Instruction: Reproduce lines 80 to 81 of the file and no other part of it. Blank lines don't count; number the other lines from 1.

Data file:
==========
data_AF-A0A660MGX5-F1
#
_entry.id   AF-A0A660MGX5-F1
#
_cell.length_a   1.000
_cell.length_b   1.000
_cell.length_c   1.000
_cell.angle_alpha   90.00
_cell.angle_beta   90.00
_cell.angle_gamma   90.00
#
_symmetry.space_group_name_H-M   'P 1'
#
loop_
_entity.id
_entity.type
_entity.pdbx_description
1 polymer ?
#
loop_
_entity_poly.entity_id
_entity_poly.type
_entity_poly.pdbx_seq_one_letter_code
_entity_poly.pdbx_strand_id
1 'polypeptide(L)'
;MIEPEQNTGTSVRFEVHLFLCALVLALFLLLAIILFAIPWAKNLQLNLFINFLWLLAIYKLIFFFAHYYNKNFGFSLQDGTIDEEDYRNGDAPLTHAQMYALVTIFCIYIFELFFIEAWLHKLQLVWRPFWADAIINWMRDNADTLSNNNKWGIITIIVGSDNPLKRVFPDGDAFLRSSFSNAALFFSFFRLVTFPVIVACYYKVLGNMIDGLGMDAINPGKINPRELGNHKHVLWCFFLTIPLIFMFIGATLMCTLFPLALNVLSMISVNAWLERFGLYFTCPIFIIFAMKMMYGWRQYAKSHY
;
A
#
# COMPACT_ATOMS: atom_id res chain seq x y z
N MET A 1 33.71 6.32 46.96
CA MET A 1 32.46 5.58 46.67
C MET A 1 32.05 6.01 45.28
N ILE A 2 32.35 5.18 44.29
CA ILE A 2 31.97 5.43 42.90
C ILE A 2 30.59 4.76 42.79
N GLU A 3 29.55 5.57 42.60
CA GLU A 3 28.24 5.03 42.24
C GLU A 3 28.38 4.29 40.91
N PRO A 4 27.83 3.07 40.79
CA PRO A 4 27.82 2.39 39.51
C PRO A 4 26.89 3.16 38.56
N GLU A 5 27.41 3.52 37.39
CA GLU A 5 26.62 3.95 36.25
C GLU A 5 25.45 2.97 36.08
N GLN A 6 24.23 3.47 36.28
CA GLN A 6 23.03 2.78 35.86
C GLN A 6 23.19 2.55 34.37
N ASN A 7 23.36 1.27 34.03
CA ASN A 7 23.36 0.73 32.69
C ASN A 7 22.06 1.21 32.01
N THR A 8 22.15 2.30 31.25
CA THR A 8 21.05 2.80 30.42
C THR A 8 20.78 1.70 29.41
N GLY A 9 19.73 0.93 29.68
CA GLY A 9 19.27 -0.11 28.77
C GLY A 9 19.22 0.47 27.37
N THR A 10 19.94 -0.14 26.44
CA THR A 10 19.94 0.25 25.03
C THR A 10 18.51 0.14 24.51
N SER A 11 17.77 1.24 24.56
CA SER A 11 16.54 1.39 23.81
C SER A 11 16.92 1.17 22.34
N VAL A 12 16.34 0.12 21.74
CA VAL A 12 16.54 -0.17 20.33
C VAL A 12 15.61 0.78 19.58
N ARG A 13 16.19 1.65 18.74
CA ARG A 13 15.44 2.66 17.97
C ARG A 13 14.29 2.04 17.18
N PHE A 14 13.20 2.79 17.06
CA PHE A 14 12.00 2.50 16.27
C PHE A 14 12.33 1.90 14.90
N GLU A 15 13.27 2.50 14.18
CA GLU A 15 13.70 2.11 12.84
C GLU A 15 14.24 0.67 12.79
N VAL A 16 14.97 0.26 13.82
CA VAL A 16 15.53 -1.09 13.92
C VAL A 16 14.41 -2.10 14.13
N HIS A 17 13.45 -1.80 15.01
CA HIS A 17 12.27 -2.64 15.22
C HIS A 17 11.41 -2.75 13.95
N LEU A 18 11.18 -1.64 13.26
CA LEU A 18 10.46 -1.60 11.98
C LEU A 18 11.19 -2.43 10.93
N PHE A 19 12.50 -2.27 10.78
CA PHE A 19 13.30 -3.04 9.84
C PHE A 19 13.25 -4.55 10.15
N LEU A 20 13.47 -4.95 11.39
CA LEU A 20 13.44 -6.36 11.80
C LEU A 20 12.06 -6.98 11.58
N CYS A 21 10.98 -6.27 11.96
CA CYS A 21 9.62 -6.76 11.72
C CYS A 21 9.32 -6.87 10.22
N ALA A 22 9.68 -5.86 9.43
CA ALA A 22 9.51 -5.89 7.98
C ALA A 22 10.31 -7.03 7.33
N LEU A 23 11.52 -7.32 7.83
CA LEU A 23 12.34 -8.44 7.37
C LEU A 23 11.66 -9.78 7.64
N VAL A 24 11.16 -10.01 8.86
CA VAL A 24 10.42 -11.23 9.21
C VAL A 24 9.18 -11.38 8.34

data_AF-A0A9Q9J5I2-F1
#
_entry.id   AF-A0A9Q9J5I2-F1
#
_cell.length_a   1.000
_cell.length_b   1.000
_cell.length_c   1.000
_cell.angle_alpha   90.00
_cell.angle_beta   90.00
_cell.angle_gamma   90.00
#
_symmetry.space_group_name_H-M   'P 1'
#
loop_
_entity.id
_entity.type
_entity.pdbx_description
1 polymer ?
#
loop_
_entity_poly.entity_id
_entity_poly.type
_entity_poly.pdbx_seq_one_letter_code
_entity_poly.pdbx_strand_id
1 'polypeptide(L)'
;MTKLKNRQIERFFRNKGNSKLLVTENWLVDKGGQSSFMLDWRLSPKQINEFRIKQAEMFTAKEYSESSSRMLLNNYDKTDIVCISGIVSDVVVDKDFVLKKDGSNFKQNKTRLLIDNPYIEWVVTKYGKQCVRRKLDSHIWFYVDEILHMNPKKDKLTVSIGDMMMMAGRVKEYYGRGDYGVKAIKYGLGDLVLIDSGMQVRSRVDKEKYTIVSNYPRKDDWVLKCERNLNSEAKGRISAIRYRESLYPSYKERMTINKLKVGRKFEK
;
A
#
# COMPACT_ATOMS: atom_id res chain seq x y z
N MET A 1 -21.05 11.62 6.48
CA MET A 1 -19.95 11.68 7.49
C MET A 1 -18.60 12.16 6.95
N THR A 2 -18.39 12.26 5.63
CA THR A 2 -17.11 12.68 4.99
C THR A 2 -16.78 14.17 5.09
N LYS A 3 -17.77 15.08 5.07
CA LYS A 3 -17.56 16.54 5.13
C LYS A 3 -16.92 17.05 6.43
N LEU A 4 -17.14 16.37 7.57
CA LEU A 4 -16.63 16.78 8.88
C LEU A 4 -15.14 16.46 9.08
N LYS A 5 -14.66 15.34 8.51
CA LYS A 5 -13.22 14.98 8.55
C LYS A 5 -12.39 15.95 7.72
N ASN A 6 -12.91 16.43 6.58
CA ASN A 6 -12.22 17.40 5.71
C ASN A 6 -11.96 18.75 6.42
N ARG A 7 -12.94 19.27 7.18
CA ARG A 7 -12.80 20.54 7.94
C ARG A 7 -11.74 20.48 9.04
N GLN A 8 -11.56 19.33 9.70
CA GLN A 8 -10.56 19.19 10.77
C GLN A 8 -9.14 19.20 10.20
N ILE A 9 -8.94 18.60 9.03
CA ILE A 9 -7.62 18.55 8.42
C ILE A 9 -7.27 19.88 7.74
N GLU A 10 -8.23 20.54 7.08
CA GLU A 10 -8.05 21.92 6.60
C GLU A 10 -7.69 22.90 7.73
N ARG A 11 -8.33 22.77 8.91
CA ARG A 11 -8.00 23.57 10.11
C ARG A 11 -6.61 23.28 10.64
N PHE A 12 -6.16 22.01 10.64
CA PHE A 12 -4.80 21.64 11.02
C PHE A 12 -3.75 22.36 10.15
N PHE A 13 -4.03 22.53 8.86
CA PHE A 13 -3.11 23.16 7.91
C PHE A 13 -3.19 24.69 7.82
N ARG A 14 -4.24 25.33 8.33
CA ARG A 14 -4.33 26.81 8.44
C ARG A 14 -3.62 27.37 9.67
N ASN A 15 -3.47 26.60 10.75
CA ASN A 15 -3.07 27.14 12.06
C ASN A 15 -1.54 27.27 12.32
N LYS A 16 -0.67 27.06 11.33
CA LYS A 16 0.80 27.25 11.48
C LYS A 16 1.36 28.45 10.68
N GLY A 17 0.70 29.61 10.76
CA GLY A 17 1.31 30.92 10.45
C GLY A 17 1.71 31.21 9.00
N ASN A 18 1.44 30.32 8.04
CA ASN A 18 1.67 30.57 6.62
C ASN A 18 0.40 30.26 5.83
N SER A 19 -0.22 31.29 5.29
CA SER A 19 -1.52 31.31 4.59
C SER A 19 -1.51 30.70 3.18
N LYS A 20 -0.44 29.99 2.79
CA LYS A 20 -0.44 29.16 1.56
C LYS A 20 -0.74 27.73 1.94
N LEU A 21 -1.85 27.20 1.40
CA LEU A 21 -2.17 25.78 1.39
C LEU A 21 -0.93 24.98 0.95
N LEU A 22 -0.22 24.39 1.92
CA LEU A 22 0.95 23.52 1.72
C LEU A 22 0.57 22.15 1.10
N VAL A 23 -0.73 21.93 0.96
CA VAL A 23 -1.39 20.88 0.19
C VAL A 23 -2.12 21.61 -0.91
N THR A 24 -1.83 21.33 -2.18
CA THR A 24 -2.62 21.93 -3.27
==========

CA HIS A 17 12.27 -2.64 15.22
C HIS A 17 11.41 -2.75 13.95